The country does have the highest per capita alcohol consumption in Europe; rates of depression and alcoholism are disproportionately high. But if your immediate default image of an Irish person is an out-of-control drunk like Theresa is portrayed as being here, you are doing something that is not as bad as if your immediate default image of an African-American is an ex-con, but is the same sort of bad thing: you are taking something that is indeed disproportionately true of the group in question compared to other groups, but is still only true of a minority. The alcoholism rate in Ireland is about 7% of the population: high, but still less than 9 in 10.
This would not bother me as much in an Irish cultural product for an Irish audience (which I suspect would be more sensitive to issues such as the way in which “stand your round” culture produces excessively heavy social drinking, which is a much more widespread problem in Ireland than the kind of solitary drinking depicted here). But it bothers me more in an American cultural product engaged in an exoticizing depiction of Irishness for an American audience.
Does it bother me as much as the more familiar stereotype of Irishness in Marvel comics from this period, that absolutely everyone is connected in some way with terrorism? Not as much in some ways (I mean, it’s not morally as bad). But in others more: I know that “All Irish people are somehow involved with the IRA” came out of an arrogant but well-meaning attempt to be sympathetic while not having a clue that, in fact, most Irish people didn’t support the IRA and that the Northern Irish conflict was not a conflict between the Republic of Ireland and the United Kingdom. (And to be fair, the complexities of Northern Ireland genuinely were and are very complex indeed.)
This, on the other hand, is rooted in 19th-century Know-Nothing [expletive deleted]. Nicieza should have known better, and it gives me very little hope for his handling of Siryn as a character going forward.
– On a brighter note (well, not much brighter, but dark in a good way), I do like that, if Lobdell is going to pursue his “Absolutely everything is about Charles [expletive deleted] Xavier” agenda, he is at least exploring how very, very creepy it would be to have anything to do with him. For the rest of your life, you could never know if anything you thought, felt, or decided was not something that he’d placed there. If you trusted that he wouldn’t do that — maybe he placed that trust in your head.
– On the other hand, the morality that Lobdell gives to Storm is completely messed-up. “I’ll kill for you, but I won’t steal for you.” In what world is killing people OK, but stealing from them isn’t? Especially since the particular act of stealing is a minor piece of industrial espionage in service of an altruistic end, and the harm that it would cause to any actual victims is very small and dispersed.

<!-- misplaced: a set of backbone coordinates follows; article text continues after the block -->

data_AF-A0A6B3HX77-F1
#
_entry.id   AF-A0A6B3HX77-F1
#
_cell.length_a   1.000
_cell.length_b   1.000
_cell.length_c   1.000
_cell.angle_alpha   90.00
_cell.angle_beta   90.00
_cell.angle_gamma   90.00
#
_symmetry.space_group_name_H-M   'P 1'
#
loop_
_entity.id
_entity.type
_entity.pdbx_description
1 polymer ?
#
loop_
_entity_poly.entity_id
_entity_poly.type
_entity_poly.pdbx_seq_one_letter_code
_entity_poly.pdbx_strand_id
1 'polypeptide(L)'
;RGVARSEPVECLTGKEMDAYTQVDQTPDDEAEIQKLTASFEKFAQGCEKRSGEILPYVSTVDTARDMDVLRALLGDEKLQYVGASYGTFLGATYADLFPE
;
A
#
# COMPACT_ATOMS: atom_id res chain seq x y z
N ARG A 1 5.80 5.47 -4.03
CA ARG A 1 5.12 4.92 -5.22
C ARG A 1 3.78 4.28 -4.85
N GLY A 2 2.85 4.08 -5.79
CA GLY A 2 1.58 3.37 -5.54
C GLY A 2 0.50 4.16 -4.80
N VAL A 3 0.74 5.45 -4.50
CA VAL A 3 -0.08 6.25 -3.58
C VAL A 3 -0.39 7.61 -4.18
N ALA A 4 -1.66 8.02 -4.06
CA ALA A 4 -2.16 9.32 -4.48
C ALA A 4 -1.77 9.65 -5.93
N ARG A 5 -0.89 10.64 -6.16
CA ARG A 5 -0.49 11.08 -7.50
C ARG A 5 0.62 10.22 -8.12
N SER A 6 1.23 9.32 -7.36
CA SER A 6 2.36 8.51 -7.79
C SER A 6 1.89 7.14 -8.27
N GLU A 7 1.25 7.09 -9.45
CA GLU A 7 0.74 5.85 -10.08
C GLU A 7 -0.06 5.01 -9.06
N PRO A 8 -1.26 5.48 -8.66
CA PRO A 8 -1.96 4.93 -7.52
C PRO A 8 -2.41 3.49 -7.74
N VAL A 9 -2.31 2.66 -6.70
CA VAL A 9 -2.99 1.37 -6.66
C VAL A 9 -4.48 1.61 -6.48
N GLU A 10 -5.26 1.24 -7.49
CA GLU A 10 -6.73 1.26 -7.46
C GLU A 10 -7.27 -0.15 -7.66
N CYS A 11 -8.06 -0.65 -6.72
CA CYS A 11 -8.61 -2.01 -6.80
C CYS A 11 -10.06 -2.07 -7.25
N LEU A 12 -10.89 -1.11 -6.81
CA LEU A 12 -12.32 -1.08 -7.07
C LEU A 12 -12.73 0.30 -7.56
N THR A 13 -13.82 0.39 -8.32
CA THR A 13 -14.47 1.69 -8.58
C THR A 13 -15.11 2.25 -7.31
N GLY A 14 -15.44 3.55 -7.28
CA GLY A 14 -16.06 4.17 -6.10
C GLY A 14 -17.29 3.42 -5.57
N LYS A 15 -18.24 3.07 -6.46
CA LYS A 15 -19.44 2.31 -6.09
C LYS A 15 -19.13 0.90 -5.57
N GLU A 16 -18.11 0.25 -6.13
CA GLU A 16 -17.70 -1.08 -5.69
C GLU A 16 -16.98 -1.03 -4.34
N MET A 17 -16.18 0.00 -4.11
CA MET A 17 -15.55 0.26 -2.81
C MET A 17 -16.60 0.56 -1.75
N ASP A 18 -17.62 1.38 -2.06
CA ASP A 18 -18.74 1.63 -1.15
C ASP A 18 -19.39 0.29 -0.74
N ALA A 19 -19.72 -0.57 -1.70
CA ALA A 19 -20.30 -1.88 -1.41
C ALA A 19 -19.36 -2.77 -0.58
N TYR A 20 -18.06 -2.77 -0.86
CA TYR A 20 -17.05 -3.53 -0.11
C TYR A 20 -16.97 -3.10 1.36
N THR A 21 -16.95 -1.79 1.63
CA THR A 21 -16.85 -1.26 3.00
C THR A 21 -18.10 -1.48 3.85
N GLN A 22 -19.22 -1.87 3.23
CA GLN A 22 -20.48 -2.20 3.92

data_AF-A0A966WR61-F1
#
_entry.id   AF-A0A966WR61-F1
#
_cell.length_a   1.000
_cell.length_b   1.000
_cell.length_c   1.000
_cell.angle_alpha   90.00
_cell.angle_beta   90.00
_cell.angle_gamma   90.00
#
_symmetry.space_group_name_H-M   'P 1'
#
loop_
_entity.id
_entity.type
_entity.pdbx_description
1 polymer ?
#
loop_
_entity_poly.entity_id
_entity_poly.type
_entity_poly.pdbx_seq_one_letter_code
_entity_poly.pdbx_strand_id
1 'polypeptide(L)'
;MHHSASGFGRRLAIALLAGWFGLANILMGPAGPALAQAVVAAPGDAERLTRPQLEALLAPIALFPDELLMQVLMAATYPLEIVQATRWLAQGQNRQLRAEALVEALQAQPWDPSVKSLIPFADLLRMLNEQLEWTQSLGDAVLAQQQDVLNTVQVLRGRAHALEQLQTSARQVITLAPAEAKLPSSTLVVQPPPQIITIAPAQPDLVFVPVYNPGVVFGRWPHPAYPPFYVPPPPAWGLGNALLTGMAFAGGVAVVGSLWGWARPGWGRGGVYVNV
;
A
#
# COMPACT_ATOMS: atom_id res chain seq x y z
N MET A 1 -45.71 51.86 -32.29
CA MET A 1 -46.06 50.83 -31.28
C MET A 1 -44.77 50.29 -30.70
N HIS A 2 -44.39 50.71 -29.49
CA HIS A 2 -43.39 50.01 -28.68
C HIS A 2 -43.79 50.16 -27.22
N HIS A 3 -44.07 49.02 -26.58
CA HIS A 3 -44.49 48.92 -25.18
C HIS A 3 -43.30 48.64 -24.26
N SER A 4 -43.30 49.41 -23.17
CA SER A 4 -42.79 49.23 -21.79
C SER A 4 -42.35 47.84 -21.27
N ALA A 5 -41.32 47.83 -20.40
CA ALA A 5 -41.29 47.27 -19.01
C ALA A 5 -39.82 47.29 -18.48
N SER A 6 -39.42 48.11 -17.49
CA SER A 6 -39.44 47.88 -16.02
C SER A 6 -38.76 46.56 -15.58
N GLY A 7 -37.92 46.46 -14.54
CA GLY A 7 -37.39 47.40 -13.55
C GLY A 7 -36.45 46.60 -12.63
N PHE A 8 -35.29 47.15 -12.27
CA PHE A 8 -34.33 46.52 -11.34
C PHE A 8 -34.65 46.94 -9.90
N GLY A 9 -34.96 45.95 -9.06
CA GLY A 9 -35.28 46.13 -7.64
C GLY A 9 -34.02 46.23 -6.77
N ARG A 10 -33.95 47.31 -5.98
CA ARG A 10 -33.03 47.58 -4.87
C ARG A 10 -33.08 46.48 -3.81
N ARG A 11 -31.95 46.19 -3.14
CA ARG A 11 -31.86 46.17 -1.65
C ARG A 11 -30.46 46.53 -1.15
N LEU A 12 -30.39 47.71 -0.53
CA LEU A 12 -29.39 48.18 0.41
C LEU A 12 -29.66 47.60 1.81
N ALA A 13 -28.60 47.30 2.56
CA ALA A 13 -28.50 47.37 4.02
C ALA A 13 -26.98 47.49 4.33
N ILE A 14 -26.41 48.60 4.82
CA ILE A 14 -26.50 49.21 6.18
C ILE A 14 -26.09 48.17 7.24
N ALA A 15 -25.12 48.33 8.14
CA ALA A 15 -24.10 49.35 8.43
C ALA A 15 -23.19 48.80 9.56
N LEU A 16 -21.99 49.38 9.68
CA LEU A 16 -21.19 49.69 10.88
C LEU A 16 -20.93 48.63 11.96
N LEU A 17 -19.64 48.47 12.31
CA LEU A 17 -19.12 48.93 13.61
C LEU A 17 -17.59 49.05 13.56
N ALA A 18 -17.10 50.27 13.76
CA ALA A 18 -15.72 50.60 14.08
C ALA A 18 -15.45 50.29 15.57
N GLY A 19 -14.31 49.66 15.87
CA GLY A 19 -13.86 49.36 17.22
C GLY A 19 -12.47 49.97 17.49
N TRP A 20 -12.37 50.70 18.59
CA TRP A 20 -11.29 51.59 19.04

I can’t help but feel that Lobdell is insinuating a rather right-wing point of view here, that stealing is terribly, terribly wrong, and only Evil Commies would think otherwise, and that Storm’s background as a thief is something of which she should be profoundly ashamed and from which she desperately needs to be redeemed. (Which is not how Claremont saw it, I think.)
But come on: even by the rightiest of right-wing points of view, this is is taking the profound sanctity of property rights a bit far.
– Jean, if you’re shielding someone from a “tremendous” amount of pain, you don’t need the adjective when you’re telling them to do it. They already know how much pain they were feeling.
Quick* correction, or correction: when I wrote this, I had in my head the idea that Storm at least implied that she was OK with killing. Checking the comic, she doesn’t — I think the ‘90s was getting to me. It’s possible that Lobdell is taking conventional superhero stuff here for granted, and is assuming that it can be taken as read that by “fighting” Storm means something which will never cause permanent harm.
I think the basic point is still valid, because relatively harmless property crime is being regarded as utterly beyond the Pale in comparison to inflicting violence on another person. But it’s not as extreme as I made it out to be.
I should also thank you both for the analysis of the Shatterstar and Cable TV watching scene in terms of autistic behaviour and accommodation. For some reason I do remember the scene, but this added a layer to it I hadn’t considered before.
Reading these books at the time, I totally understood the “anatomically correct” comment. As a guy who grew up with very few female friends, all we guys had a crush on the girl in the group because she was the girl in the group. That’s the feeling I got when Warren said that, and I completely know that feel bro…
Earth 1298 (Mutant X)
The only Cyclops that is well adjusted.
Also the only Cyclops not raised by and hooking up with telepaths. Coincidence?
Flipping this around, there’s also the question of why telepaths find Scott Summers so attractive. My speculation would be that constant emotional repression is the psychic equivalent of spending a lot of time in the gym. “Look at the defense mechanisms on that guy!”